Dark and earthy and
Gleaming with the residue
Of a week's rain
So that it is hard at first
For me to see the frog
Alive and alert but still,
Protruding from the mouth
Of the snake.

A rustle:
The snake moves
To better do
What the snake will do:

Assimilate this frog
Who seems
Resigned to his
Immediate future
As the lifeblood
Of a snake.

A slithering up from behind,
A consuming,
A wide-eyed, soundless

There are no victims,
But it is difficult to watch,
All the same.

One Single Impression

Blog Your Blessings: My Gratitude to the Liberal White Bigot

She was so white she was blue. A teacher. A colleague of sorts from across town except that she worked up on the hill in a private school, and I worked in, as the children say, a ghetto school across that vast brown field called Waterbury. We sat within shouting distance of each other at a child's politically correct birthday party. I had said hello, and we exchanged pleasantries about where we worked and how many children we had at home and in our classrooms.

Upon hearing I worked at a public middle school across town from where she worked, she remarked, "I always wanted to work in the inner city--I studied social work and psychology--but I found a job at this [elite, upscale, very white, expensive, and did I say, private] school....."


Social work. Psychology. Why, I wondered? To take notes on the way young, possibly neglected, urban life forms peel bananas?

"But we partner with [an alternative elementary school full of poor minority children], and it really is …

Skywatch Friday: Bending Over Backwards


Wordless Wednesday: After the Rain, the Bright Light


My World Tuesday: Wildly, Lusciously Overgrown

Five days of rain gave way to an evening of sunshine and intense warmth on Friday. The grass was tall and beautiful. Mother Nature does marvelous things; I love when she is left to her own devices.

My World Tuesday

Today's Flowers: Reddy to Go

The morning after I took this photo, all of these lovely red trumpets were lying on the ground. Everything happens in its time, I suppose.

Today's Flowers

One Single Impression: Walls

I turn to the dictionary for walls:
Among other things, I find immure:
Shut up between walls.

Yeah, that:

As in imprisoned, or,
On a lighter note,

As in intramural sports.
Ready to play;
Not ready to compete.

Shut up
Shut in
Shut out


I remember a friend--
A lover once--
Who used to say

Get shut of

He meant set free from,
And he usually meant of things that hurt,

"Get shut of it, San," he would say
Until I thought I could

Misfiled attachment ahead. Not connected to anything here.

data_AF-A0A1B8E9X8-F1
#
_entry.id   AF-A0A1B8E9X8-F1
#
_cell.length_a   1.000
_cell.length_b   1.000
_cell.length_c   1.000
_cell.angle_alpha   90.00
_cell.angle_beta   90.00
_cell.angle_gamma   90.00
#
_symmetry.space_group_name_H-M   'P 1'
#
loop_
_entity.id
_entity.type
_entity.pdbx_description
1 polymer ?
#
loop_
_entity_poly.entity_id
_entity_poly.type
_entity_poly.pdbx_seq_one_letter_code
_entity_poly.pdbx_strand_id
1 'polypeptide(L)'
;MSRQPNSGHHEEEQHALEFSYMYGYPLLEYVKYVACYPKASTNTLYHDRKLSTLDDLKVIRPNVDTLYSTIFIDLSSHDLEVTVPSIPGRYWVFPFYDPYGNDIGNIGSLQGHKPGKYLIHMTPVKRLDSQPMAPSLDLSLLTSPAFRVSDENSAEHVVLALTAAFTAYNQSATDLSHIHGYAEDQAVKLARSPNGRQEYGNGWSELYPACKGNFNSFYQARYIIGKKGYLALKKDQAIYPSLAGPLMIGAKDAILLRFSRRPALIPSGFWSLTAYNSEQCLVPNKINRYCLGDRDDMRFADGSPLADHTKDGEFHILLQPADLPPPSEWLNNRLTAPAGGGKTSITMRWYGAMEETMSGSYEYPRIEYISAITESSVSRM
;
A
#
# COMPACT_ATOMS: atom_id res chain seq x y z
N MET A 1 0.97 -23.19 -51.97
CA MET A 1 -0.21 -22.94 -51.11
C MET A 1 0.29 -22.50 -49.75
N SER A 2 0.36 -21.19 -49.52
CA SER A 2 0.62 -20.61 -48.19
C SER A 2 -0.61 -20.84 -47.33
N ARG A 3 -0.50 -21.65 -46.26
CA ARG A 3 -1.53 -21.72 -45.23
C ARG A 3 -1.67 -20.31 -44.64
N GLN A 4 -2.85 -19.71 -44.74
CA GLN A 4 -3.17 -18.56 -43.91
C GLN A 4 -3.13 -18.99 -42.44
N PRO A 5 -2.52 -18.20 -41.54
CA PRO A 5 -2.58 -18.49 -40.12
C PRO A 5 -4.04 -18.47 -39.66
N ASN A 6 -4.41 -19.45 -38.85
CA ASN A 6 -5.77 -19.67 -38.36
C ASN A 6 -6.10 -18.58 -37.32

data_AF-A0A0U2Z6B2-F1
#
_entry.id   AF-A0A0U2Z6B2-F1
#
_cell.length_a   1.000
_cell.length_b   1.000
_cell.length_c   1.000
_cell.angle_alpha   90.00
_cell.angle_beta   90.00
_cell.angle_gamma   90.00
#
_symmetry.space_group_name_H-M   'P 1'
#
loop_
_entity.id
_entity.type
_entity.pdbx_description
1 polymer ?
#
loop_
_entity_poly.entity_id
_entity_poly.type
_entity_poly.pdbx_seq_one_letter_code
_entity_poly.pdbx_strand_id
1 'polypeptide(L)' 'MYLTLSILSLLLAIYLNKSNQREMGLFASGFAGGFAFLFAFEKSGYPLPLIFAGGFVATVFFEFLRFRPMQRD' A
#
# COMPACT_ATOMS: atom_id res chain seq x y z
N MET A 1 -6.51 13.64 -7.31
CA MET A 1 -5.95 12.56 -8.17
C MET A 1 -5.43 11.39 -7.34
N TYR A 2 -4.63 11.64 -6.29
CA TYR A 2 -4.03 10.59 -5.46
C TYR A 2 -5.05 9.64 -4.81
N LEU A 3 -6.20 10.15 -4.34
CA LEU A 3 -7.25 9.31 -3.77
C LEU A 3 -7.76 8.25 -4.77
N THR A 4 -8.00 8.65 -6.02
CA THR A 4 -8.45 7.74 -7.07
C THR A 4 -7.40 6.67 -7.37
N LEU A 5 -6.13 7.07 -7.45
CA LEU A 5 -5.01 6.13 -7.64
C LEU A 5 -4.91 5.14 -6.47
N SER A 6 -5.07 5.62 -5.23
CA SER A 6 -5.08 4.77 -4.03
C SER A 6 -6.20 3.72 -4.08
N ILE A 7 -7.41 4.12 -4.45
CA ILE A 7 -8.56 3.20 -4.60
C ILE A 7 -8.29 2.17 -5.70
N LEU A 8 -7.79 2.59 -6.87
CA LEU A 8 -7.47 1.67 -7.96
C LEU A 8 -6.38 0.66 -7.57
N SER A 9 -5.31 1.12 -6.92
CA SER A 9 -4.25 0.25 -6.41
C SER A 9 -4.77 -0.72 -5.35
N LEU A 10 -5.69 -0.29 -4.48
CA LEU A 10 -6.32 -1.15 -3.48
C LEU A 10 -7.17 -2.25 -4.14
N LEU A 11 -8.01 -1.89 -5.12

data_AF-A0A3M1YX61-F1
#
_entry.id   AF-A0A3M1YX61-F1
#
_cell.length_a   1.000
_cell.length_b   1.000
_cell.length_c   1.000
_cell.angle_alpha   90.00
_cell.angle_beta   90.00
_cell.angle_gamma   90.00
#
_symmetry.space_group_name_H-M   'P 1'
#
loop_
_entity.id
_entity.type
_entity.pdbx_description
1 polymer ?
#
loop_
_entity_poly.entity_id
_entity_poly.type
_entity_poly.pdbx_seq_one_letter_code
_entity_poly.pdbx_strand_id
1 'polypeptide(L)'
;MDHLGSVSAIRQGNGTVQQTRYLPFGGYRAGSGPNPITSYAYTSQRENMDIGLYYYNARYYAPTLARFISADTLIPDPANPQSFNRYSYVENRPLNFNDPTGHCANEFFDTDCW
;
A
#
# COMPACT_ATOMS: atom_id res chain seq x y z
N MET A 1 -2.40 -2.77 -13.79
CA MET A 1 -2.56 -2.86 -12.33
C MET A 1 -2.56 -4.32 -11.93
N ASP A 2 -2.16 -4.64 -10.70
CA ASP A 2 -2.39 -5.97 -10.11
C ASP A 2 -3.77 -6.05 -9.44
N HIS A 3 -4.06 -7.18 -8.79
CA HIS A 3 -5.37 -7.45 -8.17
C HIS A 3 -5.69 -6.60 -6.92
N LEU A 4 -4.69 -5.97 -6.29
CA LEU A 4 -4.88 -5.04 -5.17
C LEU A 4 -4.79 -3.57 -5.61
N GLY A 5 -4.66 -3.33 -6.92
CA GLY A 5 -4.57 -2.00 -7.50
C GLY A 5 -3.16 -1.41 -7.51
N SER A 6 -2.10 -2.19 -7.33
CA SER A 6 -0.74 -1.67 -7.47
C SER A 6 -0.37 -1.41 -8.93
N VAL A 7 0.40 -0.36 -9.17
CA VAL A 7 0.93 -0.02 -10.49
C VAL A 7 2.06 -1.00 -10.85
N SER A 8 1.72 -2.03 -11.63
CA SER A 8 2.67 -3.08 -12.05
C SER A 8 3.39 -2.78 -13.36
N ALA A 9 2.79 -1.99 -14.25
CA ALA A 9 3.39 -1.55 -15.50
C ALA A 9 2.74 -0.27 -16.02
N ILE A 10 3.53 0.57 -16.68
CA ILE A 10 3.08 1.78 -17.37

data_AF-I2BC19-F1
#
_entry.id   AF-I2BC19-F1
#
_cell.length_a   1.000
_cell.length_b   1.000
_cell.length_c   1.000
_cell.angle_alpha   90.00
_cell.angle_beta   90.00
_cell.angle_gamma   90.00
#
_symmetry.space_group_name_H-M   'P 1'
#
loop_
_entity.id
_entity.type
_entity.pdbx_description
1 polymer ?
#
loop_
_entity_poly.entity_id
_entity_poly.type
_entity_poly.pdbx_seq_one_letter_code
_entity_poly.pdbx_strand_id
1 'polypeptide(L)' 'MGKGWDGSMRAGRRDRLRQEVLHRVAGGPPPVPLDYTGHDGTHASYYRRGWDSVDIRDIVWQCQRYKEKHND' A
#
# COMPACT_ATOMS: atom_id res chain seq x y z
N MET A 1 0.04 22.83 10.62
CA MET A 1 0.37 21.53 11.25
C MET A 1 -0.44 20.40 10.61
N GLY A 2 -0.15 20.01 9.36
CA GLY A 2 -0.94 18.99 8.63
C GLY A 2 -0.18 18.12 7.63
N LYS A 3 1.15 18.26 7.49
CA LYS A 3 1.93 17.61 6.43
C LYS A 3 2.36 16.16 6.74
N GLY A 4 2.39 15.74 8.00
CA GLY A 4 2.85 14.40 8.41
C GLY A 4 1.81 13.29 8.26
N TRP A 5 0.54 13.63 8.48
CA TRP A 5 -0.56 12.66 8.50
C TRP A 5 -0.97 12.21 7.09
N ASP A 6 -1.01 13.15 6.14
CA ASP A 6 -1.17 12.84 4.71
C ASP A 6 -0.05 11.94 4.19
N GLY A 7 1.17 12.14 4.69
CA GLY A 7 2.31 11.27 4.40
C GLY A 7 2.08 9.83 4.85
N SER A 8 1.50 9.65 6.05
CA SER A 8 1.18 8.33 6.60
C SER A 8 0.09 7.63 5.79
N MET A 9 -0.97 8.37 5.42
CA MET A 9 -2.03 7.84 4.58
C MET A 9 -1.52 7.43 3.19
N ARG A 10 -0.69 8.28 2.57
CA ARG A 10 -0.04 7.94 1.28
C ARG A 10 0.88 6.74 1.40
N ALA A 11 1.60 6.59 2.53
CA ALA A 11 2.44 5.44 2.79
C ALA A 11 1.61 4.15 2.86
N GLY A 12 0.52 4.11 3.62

Step through pain that boxed me in

That was what he meant.

He got shut of me.

A decade and a half later I receive his gift:

Somehow these things
That close in
Also set free.

I stop here.
I can work with this.

These words
And a glass of wine
Will sing me to sleep

What are walls?
I am shut of them.

One Single Impression

Blog Your Blessings: Seeing it Through

The school year is over. We have two half-days next week, and then we are free. Over the past week, I have had little parties for my classes. Even the classes for the evil children. (They exist.) This week, some of the kids stopped before they ate their cookies, candy, brownies, and chips to say grace.
"Wait. We can't eat until we say grace," one sixth-grader said.
"I don't do that. I'm a Christian," a classmate responded, and I damn near fell over laughing.
"I do."
"So do I. I'll say it. God is great/God is good,/Let us thank Him/for our food."
And they dove in.
The kids prayed without shame or second thought. That was cool. A good idea when faced with my brownies, too.
Later that 45-minute segment of time, I taught the beloveds how to make origami flowers. I suggested they give them to their house principals, and they did. It was really something to watch them become enthusiastic about gratitude. To see them respecting authority. To …

Skywatch Friday: Winchester, Connecticut

Halftime during my daughter's last soccer game last Saturday in Winchester, Connecticut, had me daydreaming and taking in the views. To my right was this empty old factory, and to my left, a Roman Catholic Church. After a week of rain, everything was soft and clean--and the tall grass made a lovely cushion from which to enjoy the view--and nap in the sun during half time. The views stayed soft, but I emerged feeling crispy.